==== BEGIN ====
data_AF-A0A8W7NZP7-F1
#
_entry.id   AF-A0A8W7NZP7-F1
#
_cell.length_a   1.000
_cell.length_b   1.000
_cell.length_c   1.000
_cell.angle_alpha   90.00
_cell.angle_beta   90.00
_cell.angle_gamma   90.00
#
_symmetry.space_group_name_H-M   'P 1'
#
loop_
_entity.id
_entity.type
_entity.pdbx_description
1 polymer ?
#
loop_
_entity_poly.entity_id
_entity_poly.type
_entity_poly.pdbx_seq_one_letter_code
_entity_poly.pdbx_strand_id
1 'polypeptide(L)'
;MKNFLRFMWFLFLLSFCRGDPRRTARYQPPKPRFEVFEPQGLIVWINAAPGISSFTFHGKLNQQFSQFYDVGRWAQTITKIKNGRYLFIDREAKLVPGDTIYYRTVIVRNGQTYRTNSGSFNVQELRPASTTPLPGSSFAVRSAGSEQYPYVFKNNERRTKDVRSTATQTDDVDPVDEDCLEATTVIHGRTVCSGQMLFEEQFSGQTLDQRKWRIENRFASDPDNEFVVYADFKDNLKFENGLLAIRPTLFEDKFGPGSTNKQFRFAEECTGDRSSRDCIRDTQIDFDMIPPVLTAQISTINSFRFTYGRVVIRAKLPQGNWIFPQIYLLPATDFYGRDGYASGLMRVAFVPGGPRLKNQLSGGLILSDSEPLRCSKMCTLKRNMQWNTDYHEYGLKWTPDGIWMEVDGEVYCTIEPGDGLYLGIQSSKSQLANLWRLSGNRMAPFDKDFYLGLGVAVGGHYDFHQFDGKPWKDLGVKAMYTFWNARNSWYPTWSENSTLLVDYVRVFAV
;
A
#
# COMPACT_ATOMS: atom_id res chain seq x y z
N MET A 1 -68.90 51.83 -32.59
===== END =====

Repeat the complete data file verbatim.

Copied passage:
data_AF-A0A8W7NZP7-F1
#
_entry.id   AF-A0A8W7NZP7-F1
#
_cell.length_a   1.000
_cell.length_b   1.000
_cell.length_c   1.000
_cell.angle_alpha   90.00
_cell.angle_beta   90.00
_cell.angle_gamma   90.00
#
_symmetry.space_group_name_H-M   'P 1'
#
loop_
_entity.id
_entity.type
_entity.pdbx_description
1 polymer ?
#
loop_
_entity_poly.entity_id
_entity_poly.type
_entity_poly.pdbx_seq_one_letter_code
_entity_poly.pdbx_strand_id
1 'polypeptide(L)'
;MKNFLRFMWFLFLLSFCRGDPRRTARYQPPKPRFEVFEPQGLIVWINAAPGISSFTFHGKLNQQFSQFYDVGRWAQTITKIKNGRYLFIDREAKLVPGDTIYYRTVIVRNGQTYRTNSGSFNVQELRPASTTPLPGSSFAVRSAGSEQYPYVFKNNERRTKDVRSTATQTDDVDPVDEDCLEATTVIHGRTVCSGQMLFEEQFSGQTLDQRKWRIENRFASDPDNEFVVYADFKDNLKFENGLLAIRPTLFEDKFGPGSTNKQFRFAEECTGDRSSRDCIRDTQIDFDMIPPVLTAQISTINSFRFTYGRVVIRAKLPQGNWIFPQIYLLPATDFYGRDGYASGLMRVAFVPGGPRLKNQLSGGLILSDSEPLRCSKMCTLKRNMQWNTDYHEYGLKWTPDGIWMEVDGEVYCTIEPGDGLYLGIQSSKSQLANLWRLSGNRMAPFDKDFYLGLGVAVGGHYDFHQFDGKPWKDLGVKAMYTFWNARNSWYPTWSENSTLLVDYVRVFAV
;
A
#
# COMPACT_ATOMS: atom_id res chain seq x y z
N MET A 1 -68.90 51.83 -32.59